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GPC hosts first public open house
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Visitors to the glittering new Newton County campus of Georgia Perimeter College Thursday night tapped their heels to the music of Greg McLean's Dixie Land jazz band, strolled the building on self-guided tours and ate free barbecue and watermelon.

As well as visiting the different science and computer labs, watching theater sketches and filling out suggestions cards, prospective students could take advantage of the mobile admissions unit.

Two students immediately received their full acceptance letters after filling out the appropriate paperwork at the school and were personally congratulated by GPC President Anthony Tricoli.

"We have this document here that welcomes you to the college and says you're officially a student," Tricoli said to the students.

 Cynteria Ivey, 18, of Social Circle graduated this spring and plans to study business administration. She said she chose GPC because it was extremely close to home and was impressed by the first of the twelve buildings planned at the Newton Campus.

"It's nice - it's big," Ivey said, "way bigger than Social Circle High anyway."

Trent Ackerman, 19, will drive from Snellville to study computer science at the new campus. He said friends said the Rockdale Campus was the best, and when he heard about the state-of-the-art Newton Campus' construction, he decided to come and apply.

"Everything now runs on computers," Ackerman said, "so I figure it's a good thing to study."

And GPC is certainly a good place to study technology. One of the main objectives of GPC administrators is to have 100 percent of the instructional spaces equipped with ultra-modern technology such as interactive white boards and student hand-held answering devices produced by SMART Technologies Inc.

A recent $75,000 donation from the Wachovia Foundation puts the college at $475,000 of its $1.5 million goal.

Members of the Newton County Board of Commissioners had an opportunity to meet with Tricoli about the future of GPC in the area.

"We had a great discussion - a good dialogue," Tricoli said. "We talked about the economic impact of GPC on the county."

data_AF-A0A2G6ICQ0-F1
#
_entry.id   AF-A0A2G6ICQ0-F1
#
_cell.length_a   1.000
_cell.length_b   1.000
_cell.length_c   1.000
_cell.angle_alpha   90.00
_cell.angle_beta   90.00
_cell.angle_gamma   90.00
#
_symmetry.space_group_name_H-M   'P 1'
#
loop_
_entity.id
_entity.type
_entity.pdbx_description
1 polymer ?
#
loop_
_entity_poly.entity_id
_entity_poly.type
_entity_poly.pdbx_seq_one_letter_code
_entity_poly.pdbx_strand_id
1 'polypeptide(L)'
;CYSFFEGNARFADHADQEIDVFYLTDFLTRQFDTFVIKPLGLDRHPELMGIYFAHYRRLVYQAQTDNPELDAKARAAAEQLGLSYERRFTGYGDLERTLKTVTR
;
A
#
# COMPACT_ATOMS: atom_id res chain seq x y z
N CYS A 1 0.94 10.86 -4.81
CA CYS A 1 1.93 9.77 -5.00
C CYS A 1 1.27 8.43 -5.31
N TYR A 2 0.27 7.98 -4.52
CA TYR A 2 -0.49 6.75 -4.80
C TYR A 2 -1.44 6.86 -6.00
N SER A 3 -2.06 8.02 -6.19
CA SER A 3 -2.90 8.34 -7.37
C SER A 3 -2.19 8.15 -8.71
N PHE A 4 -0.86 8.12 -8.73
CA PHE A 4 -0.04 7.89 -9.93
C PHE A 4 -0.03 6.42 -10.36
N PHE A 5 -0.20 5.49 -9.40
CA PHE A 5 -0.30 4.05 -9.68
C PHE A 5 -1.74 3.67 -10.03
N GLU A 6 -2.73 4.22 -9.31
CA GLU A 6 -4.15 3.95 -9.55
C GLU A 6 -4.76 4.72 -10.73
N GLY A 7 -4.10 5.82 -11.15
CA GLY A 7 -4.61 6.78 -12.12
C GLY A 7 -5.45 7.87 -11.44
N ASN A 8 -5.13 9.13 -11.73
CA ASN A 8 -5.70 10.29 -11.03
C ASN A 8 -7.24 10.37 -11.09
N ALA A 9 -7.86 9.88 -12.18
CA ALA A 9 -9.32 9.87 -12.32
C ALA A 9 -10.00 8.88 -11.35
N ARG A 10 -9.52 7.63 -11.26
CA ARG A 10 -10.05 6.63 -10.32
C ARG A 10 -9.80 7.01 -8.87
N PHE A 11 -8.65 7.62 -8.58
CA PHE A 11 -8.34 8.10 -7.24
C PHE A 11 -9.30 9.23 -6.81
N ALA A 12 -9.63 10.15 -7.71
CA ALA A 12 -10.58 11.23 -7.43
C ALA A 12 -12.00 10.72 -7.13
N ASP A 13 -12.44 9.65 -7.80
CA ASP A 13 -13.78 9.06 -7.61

Tricoli explained programs such as joint enrollment could lower high school drop-out rates in the county, while the division of continuing education and corporate training will enhance the quality of industry and business.

Strandridge Color Corporation in Social Circle is the first in the area to apply for corporate educators to assist their employees in learning to train new employees.

Transfer Acceptance Guarantees also greatly excite Tricoli. TAGs are arrangements between a four-year institution and GPC that guarantees each GPC student who completes a set of pre-selected courses and earns a required grade point average, a seat at the four-year institution.

Agreements have already been reached between Georgia State, University of West Georgia, Kennesaw State, North Georgia College and State University, Clark Atlanta, Clayton State, Oglethorpe and Strayer University.

Tricoli said GPC administrators are finalizing agreements with the University of Georgia and Georgia Tech.

"I have a great feeling that those will come through too," Tricoli said.

GPC administrators have opened a dialogue with Emory University officials about TAGs as well.

"Our goal is not to replace anything Oxford College is doing, but to create a new relationship with Emory," Tricoli said.

County Commissioner Monty Laster (District 5) sat in on the meeting with Tricoli. "It's very exciting for the community and a great opportunity for youth in the community," Laster said, "and it's only going to grow."

The Newton Campus opened its doors to almost 1,300 students on June 4. Tricoli said in the following days, enrollment grew by a few hundred more students. This fall, he expects the campus to serve 2,500 to 3,000 students.

"Our number of applications is up about 3,000 students over last fall," Tricoli said. "GPC is on the move."